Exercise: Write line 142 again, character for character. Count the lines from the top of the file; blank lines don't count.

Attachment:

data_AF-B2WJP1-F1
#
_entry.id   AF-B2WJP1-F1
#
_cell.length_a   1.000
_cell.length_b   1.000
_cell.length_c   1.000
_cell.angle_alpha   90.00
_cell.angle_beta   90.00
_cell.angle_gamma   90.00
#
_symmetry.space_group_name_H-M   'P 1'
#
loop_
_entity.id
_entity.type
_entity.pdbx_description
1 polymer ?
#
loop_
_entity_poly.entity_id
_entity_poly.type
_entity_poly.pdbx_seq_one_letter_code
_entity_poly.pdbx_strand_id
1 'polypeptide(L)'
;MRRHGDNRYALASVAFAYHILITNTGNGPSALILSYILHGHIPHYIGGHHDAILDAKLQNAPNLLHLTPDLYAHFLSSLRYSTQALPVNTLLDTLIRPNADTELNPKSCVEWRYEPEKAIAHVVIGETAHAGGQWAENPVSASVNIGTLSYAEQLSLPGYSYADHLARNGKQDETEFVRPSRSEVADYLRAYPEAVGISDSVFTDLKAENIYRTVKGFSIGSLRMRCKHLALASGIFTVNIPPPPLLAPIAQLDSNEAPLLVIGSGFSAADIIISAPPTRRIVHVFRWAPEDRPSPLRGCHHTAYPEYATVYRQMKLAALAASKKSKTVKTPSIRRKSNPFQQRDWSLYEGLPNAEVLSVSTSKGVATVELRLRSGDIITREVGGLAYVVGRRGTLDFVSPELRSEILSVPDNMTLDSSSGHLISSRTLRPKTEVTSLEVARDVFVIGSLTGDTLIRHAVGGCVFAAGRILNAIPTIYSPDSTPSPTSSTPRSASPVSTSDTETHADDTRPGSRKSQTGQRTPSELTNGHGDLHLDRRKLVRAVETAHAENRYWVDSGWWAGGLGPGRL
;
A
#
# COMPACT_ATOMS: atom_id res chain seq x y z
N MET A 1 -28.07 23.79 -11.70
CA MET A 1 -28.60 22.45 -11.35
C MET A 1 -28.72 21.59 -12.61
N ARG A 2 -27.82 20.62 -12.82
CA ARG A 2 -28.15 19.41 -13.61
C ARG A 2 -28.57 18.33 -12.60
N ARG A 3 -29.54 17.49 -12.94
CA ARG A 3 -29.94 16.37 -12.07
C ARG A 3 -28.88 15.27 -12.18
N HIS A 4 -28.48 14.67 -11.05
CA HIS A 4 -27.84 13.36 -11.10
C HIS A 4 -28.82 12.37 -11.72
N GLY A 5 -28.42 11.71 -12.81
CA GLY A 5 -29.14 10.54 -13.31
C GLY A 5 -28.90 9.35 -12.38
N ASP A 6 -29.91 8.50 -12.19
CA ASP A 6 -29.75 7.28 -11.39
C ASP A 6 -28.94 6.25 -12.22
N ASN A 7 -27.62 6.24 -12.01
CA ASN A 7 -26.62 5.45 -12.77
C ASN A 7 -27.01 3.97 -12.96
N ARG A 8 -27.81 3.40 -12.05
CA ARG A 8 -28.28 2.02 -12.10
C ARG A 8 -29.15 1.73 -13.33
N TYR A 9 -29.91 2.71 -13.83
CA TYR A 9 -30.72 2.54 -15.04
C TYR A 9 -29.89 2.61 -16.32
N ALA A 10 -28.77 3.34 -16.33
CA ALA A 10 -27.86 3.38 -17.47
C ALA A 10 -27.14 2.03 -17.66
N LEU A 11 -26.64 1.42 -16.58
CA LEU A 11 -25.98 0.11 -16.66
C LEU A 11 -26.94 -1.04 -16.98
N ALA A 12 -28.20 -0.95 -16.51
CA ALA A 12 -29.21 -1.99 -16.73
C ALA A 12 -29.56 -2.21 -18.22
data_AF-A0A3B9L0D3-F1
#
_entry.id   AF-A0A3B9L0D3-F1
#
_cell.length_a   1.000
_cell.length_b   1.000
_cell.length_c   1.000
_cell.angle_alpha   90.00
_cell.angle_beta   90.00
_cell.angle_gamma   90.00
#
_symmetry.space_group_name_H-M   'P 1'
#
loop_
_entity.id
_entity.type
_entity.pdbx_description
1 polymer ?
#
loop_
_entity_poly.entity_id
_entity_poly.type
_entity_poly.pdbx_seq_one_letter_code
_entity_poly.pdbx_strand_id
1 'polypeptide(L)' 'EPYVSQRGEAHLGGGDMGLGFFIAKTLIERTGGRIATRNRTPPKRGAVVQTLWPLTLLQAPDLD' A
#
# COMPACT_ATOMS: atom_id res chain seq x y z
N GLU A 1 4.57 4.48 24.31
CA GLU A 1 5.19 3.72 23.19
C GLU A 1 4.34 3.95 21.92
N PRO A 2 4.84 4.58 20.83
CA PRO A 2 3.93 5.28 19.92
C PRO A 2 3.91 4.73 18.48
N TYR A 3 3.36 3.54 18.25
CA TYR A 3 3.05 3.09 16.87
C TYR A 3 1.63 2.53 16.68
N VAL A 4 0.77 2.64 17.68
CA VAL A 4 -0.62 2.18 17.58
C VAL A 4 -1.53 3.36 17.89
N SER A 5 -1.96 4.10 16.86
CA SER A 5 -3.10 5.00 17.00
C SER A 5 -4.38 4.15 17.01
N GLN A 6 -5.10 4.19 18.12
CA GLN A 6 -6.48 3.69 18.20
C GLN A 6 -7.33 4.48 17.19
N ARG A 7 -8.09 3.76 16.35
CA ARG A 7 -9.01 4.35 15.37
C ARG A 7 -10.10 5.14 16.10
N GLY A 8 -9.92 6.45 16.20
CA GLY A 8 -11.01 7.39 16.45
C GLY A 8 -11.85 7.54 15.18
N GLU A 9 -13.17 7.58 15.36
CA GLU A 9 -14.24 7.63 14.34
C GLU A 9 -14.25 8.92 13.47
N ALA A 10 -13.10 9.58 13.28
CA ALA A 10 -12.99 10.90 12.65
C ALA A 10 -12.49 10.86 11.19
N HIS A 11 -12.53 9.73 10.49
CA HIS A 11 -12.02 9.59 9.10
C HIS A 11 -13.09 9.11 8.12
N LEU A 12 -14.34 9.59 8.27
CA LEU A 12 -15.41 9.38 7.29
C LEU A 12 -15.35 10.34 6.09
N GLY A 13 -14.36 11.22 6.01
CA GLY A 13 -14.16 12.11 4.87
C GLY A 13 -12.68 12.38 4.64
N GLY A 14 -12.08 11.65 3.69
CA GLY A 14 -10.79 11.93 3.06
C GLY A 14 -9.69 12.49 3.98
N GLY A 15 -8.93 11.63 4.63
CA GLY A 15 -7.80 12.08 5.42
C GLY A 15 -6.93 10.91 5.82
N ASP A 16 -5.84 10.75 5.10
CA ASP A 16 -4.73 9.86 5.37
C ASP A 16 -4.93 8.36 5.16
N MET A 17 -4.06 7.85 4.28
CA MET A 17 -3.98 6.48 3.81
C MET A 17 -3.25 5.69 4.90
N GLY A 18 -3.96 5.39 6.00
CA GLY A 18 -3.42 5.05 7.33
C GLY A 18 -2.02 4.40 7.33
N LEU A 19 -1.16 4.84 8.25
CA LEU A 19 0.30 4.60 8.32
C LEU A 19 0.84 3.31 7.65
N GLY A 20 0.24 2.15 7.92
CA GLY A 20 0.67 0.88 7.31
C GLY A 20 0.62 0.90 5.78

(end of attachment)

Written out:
N MET A 17 -4.06 7.85 4.28